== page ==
It’s official, as of right now the Russian ruble is worth more US dollars than before the invasion of Ukraine.
On the 22nd of February this year, one US dollar would exchange for just over 79 rubles. As of the time of writing, it is now 78.
The same is true of the British pound (around 108 rubles before, 102 now), and the Euro (88 rubles before, 84 now).
Across the board, the ruble is stronger than before the war. So, how has this happened?
Aren’t NATO, the EU and the rest of the “international community” meant to be crippling the Russian economy with biting sanctions?
Reminder: In 2014, when the west sanctioned Russia over the Crimean referendum, the ruble lost almost half its value.
It recovered slightly in 2016, and has since stabilized, but has never come close to its pre-Crimean worth:
So, presumably the earlier sanctions didn’t have a “loophole” in them, and/or the Russians either weren’t aware of this “financial alchemy” back then, or simply decided not to use it.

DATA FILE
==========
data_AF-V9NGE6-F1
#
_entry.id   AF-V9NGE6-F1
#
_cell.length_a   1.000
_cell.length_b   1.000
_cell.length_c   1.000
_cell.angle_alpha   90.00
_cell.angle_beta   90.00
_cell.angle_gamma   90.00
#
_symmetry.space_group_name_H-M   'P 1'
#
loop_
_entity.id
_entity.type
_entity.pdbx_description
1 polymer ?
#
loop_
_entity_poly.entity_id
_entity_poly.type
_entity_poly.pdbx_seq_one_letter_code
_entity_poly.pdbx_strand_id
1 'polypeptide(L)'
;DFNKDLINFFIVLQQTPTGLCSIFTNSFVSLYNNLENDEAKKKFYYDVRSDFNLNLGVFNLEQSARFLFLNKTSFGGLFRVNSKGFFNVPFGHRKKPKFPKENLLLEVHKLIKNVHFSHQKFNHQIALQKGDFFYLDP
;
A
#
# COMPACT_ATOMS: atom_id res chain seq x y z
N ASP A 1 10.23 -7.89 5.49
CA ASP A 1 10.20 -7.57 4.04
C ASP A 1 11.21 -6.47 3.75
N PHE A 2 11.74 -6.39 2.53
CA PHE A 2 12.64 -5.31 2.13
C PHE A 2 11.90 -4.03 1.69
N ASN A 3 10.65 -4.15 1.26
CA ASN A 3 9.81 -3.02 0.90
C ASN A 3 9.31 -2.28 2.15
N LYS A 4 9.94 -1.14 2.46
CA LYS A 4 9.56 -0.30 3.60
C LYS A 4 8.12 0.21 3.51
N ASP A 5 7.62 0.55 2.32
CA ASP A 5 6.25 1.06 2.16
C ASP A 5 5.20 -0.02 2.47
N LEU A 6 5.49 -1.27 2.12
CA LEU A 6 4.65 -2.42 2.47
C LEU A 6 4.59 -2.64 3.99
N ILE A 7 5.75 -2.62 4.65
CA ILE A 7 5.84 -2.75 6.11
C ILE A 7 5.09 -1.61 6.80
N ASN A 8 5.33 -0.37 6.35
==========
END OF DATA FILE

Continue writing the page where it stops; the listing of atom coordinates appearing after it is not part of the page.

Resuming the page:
Of course there is one key difference between 2014 and 2022 – the oil market.
As we have written before, in 2014/15 the US and Saudi Arabia flooded the market with cheap oil and crashed the price. Russia (and Iran, and Venezuela) all suffered huge economic damage from this move.
But far from repeating this tactic, Saudi Arabia has increased their prices.
Meanwhile, Turkey has just suspended the trial of the Saudi citizens alleged to have murdered journalist Jamal Khashoggi, a move that should please the Saudi government no end.
The West seems as bad at “punishing” their misbehaved allies as they are at tanking the value of the Russia’s currency.
To sum up – The price of oil is going up and the ruble is worth just as much as it was before the war.
Last week we wrote a piece asking “Is Russia the REAL target of Western sanctions?”
As the war continues, and the ruble strengthens, the answer is becoming pretty obvious.